Headlamps illuminated on rear of train is not rare, either. Both of these irregularities typically arise when drivers change ends and forget to check their marker and headlamps.

Occasionally, both red tail lamps on a MU train might fail in service, but missing marker lights are not a real problem in the age of continuous track circuits and continuous brakes.


There are no normal circumstances in which a multiple unit train on a running line would have all marker lights extinguished.
It can be seen in case of:
- failure of all maker light globes (rare)
- failure either of train or electrification
- stabling on running lines with pantographs lowered etc. (not a normal situation)
- loco-hauling of dead MU train (WB tail lamp attached to rear of train)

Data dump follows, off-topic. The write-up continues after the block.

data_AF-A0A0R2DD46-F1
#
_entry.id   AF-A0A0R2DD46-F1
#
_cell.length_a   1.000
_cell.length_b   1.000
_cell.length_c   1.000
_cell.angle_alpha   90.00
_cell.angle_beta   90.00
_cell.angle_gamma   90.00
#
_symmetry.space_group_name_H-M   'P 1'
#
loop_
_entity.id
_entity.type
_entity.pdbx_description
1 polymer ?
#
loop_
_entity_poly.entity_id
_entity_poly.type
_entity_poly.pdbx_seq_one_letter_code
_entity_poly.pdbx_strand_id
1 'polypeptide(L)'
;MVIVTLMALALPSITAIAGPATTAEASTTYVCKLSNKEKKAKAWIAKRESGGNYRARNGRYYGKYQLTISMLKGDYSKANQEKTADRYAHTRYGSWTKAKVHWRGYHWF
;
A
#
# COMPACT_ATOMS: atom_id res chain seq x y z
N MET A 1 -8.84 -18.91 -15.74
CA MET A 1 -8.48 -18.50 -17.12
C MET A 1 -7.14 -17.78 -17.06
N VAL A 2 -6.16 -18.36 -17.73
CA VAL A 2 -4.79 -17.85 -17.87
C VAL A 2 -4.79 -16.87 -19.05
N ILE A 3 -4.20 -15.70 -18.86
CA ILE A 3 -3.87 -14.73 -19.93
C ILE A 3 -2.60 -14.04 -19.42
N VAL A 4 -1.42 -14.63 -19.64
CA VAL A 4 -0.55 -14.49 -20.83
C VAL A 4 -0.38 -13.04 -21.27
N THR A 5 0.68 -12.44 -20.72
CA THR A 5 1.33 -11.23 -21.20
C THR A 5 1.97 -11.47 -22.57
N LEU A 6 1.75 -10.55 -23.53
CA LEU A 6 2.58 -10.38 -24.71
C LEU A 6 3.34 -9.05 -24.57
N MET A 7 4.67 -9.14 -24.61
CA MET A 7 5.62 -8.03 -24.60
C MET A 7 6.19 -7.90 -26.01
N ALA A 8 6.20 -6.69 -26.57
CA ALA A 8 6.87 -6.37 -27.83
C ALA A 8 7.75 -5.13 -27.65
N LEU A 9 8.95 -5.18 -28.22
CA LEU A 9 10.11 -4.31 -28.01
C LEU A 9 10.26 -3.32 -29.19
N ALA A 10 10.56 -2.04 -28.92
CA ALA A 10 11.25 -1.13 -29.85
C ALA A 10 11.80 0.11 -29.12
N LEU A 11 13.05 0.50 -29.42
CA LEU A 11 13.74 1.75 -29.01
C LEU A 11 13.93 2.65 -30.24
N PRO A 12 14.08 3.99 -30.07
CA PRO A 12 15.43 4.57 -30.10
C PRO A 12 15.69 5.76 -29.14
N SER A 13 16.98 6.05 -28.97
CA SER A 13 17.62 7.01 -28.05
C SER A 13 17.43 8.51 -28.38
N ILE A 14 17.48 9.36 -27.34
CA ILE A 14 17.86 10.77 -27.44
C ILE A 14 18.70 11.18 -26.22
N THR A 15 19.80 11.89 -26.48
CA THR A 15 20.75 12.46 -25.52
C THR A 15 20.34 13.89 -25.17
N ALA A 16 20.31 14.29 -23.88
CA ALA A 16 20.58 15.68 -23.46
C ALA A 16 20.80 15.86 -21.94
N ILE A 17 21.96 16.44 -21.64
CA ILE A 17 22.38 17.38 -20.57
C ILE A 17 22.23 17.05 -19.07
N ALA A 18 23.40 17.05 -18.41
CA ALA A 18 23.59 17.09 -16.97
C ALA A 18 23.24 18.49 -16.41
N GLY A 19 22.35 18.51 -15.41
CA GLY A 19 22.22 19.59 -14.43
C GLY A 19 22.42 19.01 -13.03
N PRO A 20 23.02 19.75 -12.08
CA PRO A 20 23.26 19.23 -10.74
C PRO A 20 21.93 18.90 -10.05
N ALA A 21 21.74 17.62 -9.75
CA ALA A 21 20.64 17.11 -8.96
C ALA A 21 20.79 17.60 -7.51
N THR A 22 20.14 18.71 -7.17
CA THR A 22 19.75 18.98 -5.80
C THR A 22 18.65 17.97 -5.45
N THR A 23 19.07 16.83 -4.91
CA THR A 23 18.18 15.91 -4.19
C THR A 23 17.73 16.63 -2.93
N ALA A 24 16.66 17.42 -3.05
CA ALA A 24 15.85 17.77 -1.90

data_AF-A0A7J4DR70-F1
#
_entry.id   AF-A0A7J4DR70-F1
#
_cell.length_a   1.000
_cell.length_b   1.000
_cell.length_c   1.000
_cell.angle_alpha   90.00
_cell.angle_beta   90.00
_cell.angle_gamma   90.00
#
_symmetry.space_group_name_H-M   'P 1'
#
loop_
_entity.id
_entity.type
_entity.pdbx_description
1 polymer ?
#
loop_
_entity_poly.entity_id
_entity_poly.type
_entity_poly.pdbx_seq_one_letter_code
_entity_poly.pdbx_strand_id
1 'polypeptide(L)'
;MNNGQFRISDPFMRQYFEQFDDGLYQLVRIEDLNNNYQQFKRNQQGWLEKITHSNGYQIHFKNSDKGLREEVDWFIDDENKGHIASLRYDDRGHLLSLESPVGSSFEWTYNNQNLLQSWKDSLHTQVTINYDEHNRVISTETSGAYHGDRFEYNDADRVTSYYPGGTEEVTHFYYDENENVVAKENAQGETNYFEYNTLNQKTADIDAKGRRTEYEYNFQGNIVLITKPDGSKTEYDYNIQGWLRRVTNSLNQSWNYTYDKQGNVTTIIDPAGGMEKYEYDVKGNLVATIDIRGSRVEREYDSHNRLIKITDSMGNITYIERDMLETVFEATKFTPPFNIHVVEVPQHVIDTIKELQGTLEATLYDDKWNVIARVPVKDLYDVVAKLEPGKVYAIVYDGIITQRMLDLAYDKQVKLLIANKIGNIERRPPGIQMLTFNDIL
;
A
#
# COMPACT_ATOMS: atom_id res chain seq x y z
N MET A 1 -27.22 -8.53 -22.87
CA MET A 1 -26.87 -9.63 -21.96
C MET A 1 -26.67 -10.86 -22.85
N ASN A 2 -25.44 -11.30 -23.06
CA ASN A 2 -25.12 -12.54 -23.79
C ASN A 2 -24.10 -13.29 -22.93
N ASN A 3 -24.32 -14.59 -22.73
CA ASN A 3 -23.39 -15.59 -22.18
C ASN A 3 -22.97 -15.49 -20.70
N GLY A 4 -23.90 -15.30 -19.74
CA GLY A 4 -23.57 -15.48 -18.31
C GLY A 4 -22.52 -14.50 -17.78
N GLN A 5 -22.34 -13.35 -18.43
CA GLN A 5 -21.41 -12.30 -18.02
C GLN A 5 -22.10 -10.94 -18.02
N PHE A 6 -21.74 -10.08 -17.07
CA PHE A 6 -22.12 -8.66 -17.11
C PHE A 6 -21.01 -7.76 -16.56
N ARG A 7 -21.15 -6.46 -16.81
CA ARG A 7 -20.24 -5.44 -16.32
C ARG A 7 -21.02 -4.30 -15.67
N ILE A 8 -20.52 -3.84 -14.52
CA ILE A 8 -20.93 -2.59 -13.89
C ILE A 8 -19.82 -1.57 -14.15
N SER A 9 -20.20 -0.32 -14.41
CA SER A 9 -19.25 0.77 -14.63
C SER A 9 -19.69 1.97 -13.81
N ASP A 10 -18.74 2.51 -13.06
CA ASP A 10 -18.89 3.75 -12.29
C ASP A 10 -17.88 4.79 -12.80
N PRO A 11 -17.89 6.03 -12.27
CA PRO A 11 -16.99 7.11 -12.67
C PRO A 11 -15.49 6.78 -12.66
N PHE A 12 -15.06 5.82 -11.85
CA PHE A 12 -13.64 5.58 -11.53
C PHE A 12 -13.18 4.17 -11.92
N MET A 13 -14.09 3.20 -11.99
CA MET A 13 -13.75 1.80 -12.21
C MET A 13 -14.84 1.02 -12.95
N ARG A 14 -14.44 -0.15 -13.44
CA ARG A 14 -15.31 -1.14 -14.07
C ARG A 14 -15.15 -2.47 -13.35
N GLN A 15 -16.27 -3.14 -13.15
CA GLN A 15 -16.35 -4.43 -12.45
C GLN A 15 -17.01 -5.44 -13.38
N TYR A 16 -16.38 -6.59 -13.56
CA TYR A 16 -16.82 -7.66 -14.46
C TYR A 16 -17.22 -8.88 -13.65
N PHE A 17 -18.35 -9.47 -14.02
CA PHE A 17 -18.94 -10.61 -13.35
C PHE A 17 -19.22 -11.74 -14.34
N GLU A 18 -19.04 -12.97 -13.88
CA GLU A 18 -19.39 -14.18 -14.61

MILW Junior Train Controller

Location: Earth

In the case of the drunken girl walking along the tracks, does she mean that the headlights or marker lights or both, were not alight?
marker lights are the red or white lights at the top of a passenger carriage

there is no requirement to run with headlights on, indeed it is mandated against, in the area where this occurred

On my line, trains with Headlights low down always seem to have them on.

For thread about drunken girl, see https://www.railpage.com.au/f-t11384722.htm .
awsgc24

Low or dipped beam headlamps (also known as ditch lights), where fitted, are now required to be illuminated on all running lines. This was changed a couple of years ago IIRC. Before the change, all headlamps had to be off inside the metropolitan area.

Use of main headlamps is still restricted essentially to outside the Sydney and Newcastle suburban areas, where they should generally be illuminated at all times (except where extinguished as provided for in the rules).

NB There are still a small number of trains with no headlamps, e.g. the S sets with marker lights only. Like all suburban EMUs before them, these trains were never intended for use outside the metropolitan area and thus did not need headlamps.